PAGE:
Important benefits include1-3:

  • Typically performed using local anesthesia
  • Performed in a procedure room or office setting
  • Small wrist incision usually closed with an adhesive bandage
  • Most patients can return to work and the activities they love within 3-6 days, much more quickly than with traditional surgical release
  • Reduces or eliminates need for opioids – most patients use Tylenol® or ibuprofen post procedure
  • Immediate motion in the hand for rapid recovery
  • Postoperative therapy typically not required – saving time and money

What is carpal tunnel syndrome?

Carpal tunnel syndrome (CTS) is one of the most common problems affecting the hand. It afflicts 4% of adults (12 million Americans) with numbness and tingling in the hands and fingers. Left untreated, it can cause long-term debilitation.

What is carpal tunnel release?

Carpal tunnel release (CTR) surgery is used to treat carpal tunnel syndrome. CTR relieves pressure on the median nerve by transecting or dividing the transverse carpal ligament, which forms the roof of the carpal tunnel to create more space for the nerve and tendons.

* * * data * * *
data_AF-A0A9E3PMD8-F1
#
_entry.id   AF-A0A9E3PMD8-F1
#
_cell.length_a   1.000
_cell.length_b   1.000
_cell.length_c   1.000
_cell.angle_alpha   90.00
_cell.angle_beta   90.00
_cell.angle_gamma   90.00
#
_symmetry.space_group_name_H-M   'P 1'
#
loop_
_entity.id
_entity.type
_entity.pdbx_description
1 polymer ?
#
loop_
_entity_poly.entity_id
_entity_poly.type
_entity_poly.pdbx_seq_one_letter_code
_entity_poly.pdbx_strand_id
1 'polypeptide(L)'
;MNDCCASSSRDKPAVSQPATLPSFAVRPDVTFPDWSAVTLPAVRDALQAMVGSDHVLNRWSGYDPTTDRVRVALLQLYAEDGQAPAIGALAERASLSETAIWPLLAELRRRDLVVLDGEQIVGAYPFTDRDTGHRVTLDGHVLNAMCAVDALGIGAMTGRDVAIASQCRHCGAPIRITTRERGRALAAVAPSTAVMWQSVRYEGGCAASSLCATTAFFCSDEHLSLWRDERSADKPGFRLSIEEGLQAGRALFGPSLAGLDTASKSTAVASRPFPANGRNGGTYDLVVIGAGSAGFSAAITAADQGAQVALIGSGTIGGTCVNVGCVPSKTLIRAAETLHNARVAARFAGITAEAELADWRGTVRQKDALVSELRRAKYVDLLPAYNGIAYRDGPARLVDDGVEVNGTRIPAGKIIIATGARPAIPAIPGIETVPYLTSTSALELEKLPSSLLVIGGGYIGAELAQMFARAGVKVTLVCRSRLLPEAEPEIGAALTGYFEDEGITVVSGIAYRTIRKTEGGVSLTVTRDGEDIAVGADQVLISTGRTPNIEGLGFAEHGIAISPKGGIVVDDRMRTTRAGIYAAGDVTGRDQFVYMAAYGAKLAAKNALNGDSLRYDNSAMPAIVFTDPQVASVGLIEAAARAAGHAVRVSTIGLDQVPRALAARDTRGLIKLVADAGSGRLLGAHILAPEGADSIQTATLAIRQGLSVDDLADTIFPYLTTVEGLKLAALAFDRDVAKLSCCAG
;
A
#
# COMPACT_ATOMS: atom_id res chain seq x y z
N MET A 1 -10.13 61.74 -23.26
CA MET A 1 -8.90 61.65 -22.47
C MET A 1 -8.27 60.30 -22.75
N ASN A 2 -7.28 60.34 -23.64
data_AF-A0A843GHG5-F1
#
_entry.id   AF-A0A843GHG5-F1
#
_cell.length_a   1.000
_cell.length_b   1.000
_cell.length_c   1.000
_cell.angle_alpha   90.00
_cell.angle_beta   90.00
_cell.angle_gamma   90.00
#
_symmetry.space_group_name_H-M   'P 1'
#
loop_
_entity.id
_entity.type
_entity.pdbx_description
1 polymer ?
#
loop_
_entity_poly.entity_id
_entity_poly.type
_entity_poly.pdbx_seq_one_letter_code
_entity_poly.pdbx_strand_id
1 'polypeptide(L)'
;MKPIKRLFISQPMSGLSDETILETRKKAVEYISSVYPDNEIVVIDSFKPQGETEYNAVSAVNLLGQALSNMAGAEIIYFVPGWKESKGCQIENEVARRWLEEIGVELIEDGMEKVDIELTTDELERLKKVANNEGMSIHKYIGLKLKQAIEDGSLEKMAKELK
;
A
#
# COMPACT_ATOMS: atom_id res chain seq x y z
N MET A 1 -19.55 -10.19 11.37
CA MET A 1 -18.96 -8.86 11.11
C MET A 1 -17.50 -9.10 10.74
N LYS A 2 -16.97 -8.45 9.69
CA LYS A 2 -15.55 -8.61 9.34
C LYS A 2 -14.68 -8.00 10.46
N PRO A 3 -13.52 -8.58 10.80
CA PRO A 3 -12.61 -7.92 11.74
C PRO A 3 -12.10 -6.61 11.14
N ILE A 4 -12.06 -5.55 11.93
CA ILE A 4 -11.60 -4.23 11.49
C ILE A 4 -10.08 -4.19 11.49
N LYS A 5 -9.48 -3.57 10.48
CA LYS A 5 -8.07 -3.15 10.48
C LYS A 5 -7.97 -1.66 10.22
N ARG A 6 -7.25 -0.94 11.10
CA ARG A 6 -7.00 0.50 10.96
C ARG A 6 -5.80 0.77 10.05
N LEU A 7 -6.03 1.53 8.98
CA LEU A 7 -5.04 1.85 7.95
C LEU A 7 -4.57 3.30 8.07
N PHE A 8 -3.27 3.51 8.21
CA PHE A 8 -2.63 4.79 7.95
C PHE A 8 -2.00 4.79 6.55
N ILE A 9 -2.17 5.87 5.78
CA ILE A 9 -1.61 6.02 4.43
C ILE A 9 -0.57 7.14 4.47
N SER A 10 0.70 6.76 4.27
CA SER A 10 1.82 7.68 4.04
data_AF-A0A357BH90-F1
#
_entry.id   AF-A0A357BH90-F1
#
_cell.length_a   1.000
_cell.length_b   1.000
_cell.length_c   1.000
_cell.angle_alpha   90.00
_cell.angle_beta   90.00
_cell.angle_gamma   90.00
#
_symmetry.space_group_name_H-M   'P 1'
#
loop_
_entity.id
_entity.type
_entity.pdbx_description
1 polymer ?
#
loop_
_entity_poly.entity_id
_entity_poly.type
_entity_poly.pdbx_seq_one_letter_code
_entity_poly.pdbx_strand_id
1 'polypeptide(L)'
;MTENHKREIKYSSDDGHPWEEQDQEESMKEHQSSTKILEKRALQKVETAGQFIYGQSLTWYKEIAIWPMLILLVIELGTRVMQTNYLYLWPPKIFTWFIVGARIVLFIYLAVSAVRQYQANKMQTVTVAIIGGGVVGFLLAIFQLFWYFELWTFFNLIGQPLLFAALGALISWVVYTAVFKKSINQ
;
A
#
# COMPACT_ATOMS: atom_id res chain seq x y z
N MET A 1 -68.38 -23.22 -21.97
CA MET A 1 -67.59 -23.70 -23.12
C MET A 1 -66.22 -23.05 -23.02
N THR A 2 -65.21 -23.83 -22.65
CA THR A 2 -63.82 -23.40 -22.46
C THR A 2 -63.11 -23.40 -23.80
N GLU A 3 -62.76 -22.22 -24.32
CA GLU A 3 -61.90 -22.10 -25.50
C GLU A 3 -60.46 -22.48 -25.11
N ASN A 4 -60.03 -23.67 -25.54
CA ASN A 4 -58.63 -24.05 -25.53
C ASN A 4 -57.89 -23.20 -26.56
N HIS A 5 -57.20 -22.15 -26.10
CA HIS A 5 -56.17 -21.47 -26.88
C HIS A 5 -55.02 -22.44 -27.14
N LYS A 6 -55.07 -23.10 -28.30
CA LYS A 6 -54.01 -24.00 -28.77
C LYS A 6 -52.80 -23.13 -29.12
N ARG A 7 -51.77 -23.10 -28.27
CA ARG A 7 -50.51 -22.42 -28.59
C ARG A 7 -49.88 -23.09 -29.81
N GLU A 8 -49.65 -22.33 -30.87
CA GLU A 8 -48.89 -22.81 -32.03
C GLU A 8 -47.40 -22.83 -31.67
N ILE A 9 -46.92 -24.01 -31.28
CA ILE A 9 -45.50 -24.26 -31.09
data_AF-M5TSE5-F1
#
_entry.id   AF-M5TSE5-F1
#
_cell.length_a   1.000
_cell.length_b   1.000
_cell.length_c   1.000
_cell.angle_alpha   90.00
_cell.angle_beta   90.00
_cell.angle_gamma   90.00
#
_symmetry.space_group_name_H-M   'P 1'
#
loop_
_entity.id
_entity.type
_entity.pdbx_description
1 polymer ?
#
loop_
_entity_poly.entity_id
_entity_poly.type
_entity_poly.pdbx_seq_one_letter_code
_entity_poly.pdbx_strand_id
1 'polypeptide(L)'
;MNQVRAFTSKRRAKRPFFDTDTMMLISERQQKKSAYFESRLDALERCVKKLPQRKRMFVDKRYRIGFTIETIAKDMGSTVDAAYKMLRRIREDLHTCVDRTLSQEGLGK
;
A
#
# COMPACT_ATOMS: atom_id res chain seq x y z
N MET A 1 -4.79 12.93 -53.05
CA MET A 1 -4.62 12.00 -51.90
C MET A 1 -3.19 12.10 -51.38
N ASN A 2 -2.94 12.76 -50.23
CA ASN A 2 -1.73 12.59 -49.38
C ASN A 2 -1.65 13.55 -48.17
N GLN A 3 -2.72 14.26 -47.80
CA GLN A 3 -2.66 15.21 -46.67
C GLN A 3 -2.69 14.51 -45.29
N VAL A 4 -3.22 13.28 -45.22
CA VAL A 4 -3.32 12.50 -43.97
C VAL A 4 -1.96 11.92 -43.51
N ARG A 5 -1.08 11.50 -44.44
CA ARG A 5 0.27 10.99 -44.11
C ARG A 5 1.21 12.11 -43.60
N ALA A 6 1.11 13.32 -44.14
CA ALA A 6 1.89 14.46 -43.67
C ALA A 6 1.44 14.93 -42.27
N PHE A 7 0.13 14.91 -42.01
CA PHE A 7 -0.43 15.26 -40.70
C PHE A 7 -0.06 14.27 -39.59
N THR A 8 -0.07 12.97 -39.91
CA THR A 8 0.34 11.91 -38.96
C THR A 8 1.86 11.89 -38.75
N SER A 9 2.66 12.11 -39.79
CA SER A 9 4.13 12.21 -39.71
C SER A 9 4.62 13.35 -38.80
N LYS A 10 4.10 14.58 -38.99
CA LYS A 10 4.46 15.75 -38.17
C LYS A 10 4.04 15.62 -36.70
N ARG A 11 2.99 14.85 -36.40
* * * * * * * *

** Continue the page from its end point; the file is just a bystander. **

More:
About carpal tunnel syndrome (CTS) 

  • More than 12 million Americans have been diagnosed with CTS
  • 2.6 million are diagnosed with CTS every year.
  • 6.12 million are recommended for surgery based on severity and/or failing non-surgical treatment
  • About 650,000 CTR procedures are done per year, i.e., millions of people decline or delay surgery

Why do people decline or delay carpal tunnel release surgery?4,5

  • Intimidated by surgery: 36%
  • Recovery time: 30%
  • Economics: 25%

Is this procedure covered by insurance?

CTR is covered by Medicare and most private insurance companies. Physicians and patients should always confirm coverage with the applicable provider prior to treatment.

How long does the procedure take?

We are not able to make specific claims regarding procedure time. However, general descriptions such as “performed in minutes” may be used to describe the time required to perform the procedure.

Dr. Moore is the first physician in the area to perform ultrasound-guided carpal tunnel release.